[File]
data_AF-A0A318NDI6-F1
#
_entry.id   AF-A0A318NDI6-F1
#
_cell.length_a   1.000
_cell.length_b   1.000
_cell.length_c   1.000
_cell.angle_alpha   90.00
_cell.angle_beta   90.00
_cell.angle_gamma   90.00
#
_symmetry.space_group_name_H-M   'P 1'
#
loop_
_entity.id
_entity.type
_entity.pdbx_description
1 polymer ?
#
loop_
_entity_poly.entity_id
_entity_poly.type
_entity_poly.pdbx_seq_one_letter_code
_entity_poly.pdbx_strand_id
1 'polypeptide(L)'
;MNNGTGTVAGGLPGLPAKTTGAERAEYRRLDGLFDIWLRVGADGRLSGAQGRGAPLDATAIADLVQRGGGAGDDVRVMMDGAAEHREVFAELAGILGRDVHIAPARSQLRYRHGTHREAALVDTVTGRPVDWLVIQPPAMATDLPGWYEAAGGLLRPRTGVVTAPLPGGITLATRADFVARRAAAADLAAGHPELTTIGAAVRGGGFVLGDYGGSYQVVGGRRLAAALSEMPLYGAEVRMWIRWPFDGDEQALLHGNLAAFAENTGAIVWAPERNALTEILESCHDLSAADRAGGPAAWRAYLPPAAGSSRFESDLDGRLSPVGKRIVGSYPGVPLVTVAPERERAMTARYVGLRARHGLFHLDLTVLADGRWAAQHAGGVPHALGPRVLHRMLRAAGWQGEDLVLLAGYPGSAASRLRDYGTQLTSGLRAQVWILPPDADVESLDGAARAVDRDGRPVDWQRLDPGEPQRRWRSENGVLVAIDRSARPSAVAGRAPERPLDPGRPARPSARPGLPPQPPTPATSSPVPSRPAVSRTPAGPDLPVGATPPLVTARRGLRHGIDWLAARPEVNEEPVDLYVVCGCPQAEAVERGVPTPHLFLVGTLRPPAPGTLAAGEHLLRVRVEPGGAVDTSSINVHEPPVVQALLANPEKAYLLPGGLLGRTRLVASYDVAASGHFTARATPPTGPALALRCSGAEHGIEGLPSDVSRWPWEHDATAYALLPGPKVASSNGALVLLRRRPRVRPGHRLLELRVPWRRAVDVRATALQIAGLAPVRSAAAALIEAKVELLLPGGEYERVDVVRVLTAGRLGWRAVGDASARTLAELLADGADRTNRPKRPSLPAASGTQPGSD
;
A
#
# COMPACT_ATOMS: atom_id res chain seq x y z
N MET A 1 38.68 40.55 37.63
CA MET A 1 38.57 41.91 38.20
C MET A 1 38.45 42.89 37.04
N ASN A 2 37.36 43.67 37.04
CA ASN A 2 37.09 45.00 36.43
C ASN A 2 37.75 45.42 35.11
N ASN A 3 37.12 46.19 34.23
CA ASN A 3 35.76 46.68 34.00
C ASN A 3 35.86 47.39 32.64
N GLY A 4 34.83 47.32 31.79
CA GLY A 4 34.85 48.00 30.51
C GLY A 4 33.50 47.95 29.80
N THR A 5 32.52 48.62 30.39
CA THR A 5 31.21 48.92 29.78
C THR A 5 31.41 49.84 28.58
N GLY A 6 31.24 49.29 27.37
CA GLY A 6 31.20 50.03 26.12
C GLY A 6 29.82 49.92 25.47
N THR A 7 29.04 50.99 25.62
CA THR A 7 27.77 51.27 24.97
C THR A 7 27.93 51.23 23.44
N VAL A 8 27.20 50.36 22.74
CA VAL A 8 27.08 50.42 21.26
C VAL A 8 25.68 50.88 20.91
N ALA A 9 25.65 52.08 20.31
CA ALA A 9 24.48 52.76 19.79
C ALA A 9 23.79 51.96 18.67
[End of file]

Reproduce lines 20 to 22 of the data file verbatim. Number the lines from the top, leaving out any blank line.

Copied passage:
loop_
_entity_poly.entity_id
_entity_poly.type